I was standing in the mess hall line at the Marine Base in 29 Palms. I noticed a black widow spider on the collar of the Captain next to me.
"Captain, don't move." I said and tried to brush the spider off of his shirt with the brim of my cover (cap). The spider deftly dodged under the brim and ran down inside his camoflauged shirt.
"Hold on," I said and slowly unbuttoned his shirt, which probably looked odd to the rest of the Marines in the chow line. When I unbuttoned the last button he did a war dance, slapping every inch of his body to get rid of or kill the spider.
Then the captain said "Next time, don't help."
The ingrate. See if I ever help him again, after all I did.
We had lots of black widow spiders at the Marine Bases in 29 Palms, CA and Yuma, AZ in 1967-68. I had many of them under my desk. I would periodically beat them down with a broom and burned them out a couple of times with a torch, but they always came back. But they were nice and never bit me. I suppose I should be sorry for being mean to them.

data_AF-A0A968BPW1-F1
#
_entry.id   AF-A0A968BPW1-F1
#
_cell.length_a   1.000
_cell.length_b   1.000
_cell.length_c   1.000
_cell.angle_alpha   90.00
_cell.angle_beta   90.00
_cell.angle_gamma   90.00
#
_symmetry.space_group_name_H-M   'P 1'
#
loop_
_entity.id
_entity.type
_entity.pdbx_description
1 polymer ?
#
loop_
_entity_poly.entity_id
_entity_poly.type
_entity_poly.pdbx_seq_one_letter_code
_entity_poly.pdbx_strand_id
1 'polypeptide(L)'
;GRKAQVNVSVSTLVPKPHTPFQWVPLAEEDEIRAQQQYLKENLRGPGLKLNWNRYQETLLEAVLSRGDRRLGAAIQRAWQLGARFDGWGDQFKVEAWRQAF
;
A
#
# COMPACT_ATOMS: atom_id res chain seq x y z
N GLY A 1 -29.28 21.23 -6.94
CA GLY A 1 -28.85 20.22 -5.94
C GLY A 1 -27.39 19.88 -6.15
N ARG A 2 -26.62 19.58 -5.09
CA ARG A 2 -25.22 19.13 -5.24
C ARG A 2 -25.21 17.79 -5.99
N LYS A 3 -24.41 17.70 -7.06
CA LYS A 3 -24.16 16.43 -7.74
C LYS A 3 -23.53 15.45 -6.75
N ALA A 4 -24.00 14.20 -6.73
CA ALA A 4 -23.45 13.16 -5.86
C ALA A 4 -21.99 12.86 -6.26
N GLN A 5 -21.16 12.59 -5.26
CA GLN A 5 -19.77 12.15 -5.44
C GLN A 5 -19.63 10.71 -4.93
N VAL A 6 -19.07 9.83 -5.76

One time I was laying on my back in the floor of a room, with my head slightly under a desk. And there was the red hour glass of the spiders abdomen inches above my large and long nose. Startled me a bit.
Another Marine Spider story. One of our Marines really liked tarantulas. He captured a large hairy one in 29 Palms California and brought it back to his apartment in Berwin.
Tarantula got out of the box and moved to another apartment. When they discovered spidey in their cupboard the residents convened a hasty kangaroo court and quickly evicted our spider loving Marine and his tarantula.
Craig Hullinger MPHS Jan 66
Marine Corps Regular and Reserve 66 to 99
I also have a childhood memory of Marlin Perkins from Zoo Parade holding a large tarantula in his hand and saying, " as long as I don't make any sudden moves he won't bight."